Interest in astrophysical sources of charge exchange (CX) has grown since X-ray emission from comet Hyakutake was first observed, the origin of which is primarily due to CX processes between neutral species in the comet’s atmosphere and highly charged ions from the solar wind. More recent observations have shown that CX may have a significant contribution to the X-ray emission spectra of a wide variety of environments within our solar system including solar wind charge exchange (SWCX) with neutral gases in the heliosphere and in planetary atmospheres, as well as beyond the solar system in galaxy clusters, supernova remnants, and star forming galaxies.While the basic process of CX has been studied for many decades, the reliability of the existing data is not uniform, and the coverage of the astrophysically important projectile and target combinations and collisional velocities is insufficient. The need for reliable and robust CX X-ray emission models will only be amplified with the with the high resolution X-ray spectra expected from the soft X-ray imaging calorimeter spectrometer (SXS) onboard the Hitomi X-ray observatory. In this talk, I will discuss recent advances in theoretical CX cross sections and X-ray modeling with a focus on CX diagnostics. The need for experimental X-ray spectra and cross sections for benchmarking current theory will also be highlighted. This work was performed in collaboration with David Lyons, Patrick Mullen, David Schultz, Phillip Stancil, and Robin Shelton. Work at UGA was partially supported by NASA grant NNX09AC46G.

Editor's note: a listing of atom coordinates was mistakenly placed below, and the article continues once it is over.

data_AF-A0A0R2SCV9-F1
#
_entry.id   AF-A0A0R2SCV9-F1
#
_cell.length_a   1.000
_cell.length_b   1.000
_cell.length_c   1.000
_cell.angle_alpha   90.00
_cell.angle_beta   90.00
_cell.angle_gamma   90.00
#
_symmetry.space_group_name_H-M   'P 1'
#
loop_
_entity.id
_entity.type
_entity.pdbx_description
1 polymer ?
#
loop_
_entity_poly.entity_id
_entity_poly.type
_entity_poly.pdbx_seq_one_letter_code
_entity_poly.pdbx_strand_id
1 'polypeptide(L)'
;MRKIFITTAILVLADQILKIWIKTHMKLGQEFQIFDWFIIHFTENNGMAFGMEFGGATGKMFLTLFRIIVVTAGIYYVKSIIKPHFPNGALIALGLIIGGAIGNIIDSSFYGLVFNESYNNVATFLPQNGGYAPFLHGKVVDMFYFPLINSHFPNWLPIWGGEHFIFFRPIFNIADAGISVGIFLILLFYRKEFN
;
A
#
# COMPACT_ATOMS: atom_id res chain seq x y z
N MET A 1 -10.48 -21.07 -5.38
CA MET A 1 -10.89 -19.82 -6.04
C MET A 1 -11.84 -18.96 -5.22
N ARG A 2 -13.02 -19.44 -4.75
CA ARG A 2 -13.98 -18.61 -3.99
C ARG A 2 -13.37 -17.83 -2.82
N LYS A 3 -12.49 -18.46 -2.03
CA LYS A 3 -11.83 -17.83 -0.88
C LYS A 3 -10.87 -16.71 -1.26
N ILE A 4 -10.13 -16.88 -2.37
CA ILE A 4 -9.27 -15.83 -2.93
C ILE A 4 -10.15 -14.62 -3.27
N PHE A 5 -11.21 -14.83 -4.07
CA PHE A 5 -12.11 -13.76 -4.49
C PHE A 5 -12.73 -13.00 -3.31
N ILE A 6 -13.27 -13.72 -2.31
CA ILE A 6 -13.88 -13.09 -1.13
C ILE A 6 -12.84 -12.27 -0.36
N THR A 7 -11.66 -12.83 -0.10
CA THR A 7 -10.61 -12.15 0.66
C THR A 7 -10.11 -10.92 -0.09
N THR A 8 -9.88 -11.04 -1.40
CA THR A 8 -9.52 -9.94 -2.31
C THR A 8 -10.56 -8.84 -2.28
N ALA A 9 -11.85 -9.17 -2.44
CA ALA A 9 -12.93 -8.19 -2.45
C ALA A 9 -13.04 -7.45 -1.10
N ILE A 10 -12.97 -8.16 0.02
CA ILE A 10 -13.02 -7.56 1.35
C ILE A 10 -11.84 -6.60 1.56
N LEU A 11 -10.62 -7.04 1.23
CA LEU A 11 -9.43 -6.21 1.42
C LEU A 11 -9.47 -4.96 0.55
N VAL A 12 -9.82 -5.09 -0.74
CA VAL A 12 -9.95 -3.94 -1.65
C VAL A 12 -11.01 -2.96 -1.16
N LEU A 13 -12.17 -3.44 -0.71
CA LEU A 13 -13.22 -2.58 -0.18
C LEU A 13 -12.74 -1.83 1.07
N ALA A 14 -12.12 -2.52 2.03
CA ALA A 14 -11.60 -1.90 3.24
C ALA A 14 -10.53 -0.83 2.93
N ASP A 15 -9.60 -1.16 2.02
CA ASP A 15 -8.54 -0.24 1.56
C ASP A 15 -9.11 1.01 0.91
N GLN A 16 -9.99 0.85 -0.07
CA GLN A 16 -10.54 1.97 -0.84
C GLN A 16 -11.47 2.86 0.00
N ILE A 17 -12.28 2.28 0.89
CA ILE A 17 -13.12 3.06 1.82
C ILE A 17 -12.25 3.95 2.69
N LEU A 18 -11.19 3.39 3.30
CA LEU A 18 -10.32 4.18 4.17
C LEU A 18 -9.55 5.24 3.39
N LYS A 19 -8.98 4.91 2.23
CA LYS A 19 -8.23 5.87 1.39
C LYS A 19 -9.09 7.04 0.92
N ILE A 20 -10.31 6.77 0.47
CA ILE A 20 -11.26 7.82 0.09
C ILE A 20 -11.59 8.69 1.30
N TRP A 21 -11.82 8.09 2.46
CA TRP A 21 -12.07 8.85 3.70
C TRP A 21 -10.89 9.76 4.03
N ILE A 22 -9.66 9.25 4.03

20. Advanced simulations for signatures of charge exchange in heterogeneous plasma emission

    We present an advanced theory of x-dips in spectral lines emitted from laser-produced plasmas. We compare predictions of this theory with our previous experimental results where, in the process of a laser irradiation of targets made out of aluminum carbide, we observed two dips in the Lyγ aluminum line perturbed by fully stripped carbon. Our theory gives a reasonable agreement with our experimental results. The results are of importance for the diagnostics of fundamental processes as it opens up a way to experimentally produce not-yet-available fundamental data on charge exchange between multi-charged ions, virtually inaccessible by other experimental methods. From the theoretical viewpoint, the x-dips are the only one signature of charge exchange in profiles of spectral lines emitted by plasmas and they are the only one quasi-molecular phenomenon that could be observed at relatively 'low' densities of laser-produced plasmas, all those aspects emphasize the interest for studying heterogeneous plasma emission